Investment Return Calculator - Growth on Stocks, Index & Mutual Funds (2024)

Investment Calculator

Investment Return Calculator - Growth on Stocks, Index & Mutual Funds (1)

Whether you're considering getting started with investing or you're already a seasoned investor, an investment calculator can help you figure out how to meet your goals. It can show you how your initial investment, frequency of contributions and risk tolerance can all affect the way your money grows.

Here’s a breakdown of the basics of investing, different risks to look out for and other factors to consider before putting your money to work.

A financial advisor can help you manage your investment portfolio. To find a financial advisor who serves your area, try SmartAsset's free online matching tool.

How Investing Works

Investing lets you take money you're not spending and put it to work for you. Money you invest in stocks and bonds can help companies or governments grow, while earning you compound interest. With time, compound interest can take modest savings and turn them into larger nest eggs, as long as you avoid some investing mistakes.

You don't necessarily have to research individual companies and buy and sell stocks on your own to become an investor. In fact, research shows that this approach is unlikely to earn you consistent returns. The average investor who doesn't have a lot of time to devote to financial management can probably get away with a few low-fee index funds.

People often put money into investments as a way to reach long-term goals. These could include reaching a financial milestone like buying a home, saving to pay for a child’s education, or simply putting away enough money for retirement.

Financial investments are financial products that are bought with the goal of making money. Common financial investments include:

  • Stocks: Individual stocks are shares of a company that can increase in value as a company grows. Investors add them to their portfolios when they are prepared to take on additional risk in exchange for potentially higher returns.
  • Index funds: This asset is a portfolio of stocks or bonds that tracks a market index. It tends to have lower expenses and fees when compared with actively managed funds, and is based on a long-term strategy that relies on the market to outperform single investments.
  • Exchange-traded funds (ETFs): These combine features from stocks and index funds into a diversified investment that similarly tracks the returns of a market index and can also be traded. ETFs typically require smaller investments and also carry lower fees.
  • Mutual funds: This asset pools money from investors to buy a collection of stocks, bonds and other securities that are bundled and traded as one investment. These are typically best for retirement and other long-term investments.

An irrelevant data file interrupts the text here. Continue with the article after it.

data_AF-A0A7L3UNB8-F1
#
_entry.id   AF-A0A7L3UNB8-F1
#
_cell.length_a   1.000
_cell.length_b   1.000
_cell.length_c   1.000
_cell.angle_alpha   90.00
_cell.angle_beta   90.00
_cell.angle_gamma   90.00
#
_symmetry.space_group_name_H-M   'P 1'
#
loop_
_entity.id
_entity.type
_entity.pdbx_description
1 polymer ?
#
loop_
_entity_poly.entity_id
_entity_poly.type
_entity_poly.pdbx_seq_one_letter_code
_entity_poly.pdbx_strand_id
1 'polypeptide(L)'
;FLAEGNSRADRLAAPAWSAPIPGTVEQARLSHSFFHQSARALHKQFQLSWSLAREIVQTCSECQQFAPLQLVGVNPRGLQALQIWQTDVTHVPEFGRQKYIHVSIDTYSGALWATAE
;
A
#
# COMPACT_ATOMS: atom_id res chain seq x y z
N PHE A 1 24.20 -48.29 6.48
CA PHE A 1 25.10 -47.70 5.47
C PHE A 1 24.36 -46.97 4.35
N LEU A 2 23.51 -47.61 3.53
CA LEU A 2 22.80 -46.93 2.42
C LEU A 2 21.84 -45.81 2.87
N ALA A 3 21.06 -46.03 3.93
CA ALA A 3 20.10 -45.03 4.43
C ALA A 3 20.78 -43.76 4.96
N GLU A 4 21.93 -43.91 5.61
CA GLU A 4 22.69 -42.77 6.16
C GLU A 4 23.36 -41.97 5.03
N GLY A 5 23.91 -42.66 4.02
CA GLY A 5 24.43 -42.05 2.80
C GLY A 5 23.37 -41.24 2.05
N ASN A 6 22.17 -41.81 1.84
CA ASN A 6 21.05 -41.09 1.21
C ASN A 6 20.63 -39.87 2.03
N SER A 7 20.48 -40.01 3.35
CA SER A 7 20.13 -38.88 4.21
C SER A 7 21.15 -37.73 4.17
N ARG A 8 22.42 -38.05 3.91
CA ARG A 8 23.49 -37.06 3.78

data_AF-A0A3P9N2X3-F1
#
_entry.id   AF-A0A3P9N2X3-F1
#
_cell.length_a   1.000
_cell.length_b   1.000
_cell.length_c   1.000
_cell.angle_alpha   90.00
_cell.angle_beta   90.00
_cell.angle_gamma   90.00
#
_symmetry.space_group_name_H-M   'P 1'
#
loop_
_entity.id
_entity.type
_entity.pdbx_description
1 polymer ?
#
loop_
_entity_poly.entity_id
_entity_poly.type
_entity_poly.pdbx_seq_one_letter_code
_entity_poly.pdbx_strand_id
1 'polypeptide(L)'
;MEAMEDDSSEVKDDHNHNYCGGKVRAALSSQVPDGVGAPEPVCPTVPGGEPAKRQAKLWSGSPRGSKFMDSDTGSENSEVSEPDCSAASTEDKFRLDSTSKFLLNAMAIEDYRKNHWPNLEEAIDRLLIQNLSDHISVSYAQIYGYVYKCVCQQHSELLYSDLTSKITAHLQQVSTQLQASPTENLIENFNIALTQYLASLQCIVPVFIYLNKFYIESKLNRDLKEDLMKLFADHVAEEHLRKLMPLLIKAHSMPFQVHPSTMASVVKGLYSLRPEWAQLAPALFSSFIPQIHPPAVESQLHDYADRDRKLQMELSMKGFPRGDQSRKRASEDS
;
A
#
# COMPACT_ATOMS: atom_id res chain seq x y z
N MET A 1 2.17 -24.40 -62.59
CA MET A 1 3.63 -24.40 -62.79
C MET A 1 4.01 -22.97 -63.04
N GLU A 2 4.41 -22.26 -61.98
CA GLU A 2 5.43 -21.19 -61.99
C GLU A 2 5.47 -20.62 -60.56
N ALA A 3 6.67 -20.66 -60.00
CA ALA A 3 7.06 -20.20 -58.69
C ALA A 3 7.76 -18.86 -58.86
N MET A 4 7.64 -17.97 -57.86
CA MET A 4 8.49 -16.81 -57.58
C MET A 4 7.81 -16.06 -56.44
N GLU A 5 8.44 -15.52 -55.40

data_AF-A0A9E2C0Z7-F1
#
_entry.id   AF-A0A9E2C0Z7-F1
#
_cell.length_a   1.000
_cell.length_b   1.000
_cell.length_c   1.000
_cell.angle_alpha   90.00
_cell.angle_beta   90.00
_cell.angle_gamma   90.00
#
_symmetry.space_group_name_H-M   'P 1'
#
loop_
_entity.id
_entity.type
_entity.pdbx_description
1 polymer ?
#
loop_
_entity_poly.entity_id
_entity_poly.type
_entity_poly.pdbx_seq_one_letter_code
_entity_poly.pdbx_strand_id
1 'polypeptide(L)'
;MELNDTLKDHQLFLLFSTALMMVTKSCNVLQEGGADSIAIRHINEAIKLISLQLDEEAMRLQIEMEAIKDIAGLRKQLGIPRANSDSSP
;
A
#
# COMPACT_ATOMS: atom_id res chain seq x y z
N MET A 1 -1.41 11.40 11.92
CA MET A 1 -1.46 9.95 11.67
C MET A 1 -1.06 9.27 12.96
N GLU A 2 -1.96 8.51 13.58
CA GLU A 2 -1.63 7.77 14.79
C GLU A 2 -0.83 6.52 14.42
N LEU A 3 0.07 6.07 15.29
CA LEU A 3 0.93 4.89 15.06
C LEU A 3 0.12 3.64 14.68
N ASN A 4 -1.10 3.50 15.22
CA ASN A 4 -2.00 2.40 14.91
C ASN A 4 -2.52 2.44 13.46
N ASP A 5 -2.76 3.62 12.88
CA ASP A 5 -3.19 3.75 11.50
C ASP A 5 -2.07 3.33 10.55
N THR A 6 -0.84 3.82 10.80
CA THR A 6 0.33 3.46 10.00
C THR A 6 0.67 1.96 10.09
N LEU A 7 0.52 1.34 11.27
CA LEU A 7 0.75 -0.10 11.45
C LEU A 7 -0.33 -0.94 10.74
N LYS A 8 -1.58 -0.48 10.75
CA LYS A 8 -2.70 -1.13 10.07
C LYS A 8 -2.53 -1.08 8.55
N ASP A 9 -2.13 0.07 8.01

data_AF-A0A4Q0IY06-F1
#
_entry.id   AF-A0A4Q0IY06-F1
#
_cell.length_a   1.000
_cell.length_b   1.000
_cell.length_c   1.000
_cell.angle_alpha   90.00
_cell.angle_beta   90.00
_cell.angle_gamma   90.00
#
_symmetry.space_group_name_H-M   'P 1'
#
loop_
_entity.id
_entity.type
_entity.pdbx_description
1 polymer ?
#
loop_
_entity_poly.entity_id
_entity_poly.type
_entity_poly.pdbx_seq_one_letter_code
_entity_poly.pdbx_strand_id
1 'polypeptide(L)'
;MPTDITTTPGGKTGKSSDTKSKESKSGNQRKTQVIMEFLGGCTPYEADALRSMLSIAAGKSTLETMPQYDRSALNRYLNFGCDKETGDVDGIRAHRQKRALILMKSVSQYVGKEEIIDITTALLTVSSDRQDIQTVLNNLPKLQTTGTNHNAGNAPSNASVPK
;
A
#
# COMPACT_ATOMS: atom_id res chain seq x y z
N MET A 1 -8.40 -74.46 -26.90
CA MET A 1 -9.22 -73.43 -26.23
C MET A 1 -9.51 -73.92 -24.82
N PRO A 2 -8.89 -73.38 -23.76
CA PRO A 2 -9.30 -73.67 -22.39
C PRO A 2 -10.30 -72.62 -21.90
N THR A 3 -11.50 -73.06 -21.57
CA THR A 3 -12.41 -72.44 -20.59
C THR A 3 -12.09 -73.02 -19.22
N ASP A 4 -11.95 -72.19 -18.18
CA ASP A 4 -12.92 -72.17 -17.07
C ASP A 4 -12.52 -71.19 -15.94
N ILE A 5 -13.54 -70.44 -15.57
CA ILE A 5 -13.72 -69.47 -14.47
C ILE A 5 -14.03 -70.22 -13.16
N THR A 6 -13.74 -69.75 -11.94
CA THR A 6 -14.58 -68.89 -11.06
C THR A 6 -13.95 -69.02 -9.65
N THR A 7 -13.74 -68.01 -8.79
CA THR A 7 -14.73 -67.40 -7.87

How to Calculate Return on Investment (ROI)

Return on investment (ROI) allows you to measure how much money you can make on a financial investment like a stock, mutual fund, index fund or ETF.

You can calculate the return on your investment by subtracting the initial amount of money that you put in from the final value of your financial investment. Then you would divide this total by the cost of the investment and multiply that by 100.

While you can use ROI to determine how profitable a financial investment can be, you should note that it does not account for how much time that asset will be held. And depending on your time horizon and other financial needs, this is something you should keep in mind when calculating how much money you can earn.

Factors to Consider Before You Invest

All investments carry risk. Therefore, you should consider carefully how your investment can perform based on different factors. Here are five common factors that you should keep in mind to maximize potential returns on your investment.

Risk and Return for Investments

Investment Return Calculator - Growth on Stocks, Index & Mutual Funds (2)

The closer you are to retirement, the more vulnerable you are to dips in your investment portfolio. Conventional wisdom says older investors who are getting closer to retirement should reduce their exposure to risk by shifting some of their investments from stocks to bonds.

In investing, there's generally a trade-off between risk and return. The investments with higher potential for return also have higher potential for risk. The safe-and-sound investments sometimes barely beat inflation, if they do at all. Finding the asset allocation balance that's right for you will depend on your age and your risk tolerance.

Starting Balance for Investments

Say you have some money you've already saved up, you just got a bonus from work or you received money as a gift or inheritance. That sum could become your investing principal. Your principal, or starting balance, is your jumping-off point for the purposes of investing. Most brokerage firms that offer mutual funds and index funds require a starting balance of a few hundred dollars to $1,000 or more. You can buy individual equities and bonds with less than that, though.

Contributions for Investments

Once you've invested that initial sum, you'll likely want to keep adding to it. Extreme savers may want to make drastic cutbacks in their budgets so they can contribute as much as possible. Casual savers may decide on a lower amount to contribute. The amount you regularly add to your investments is called your contribution.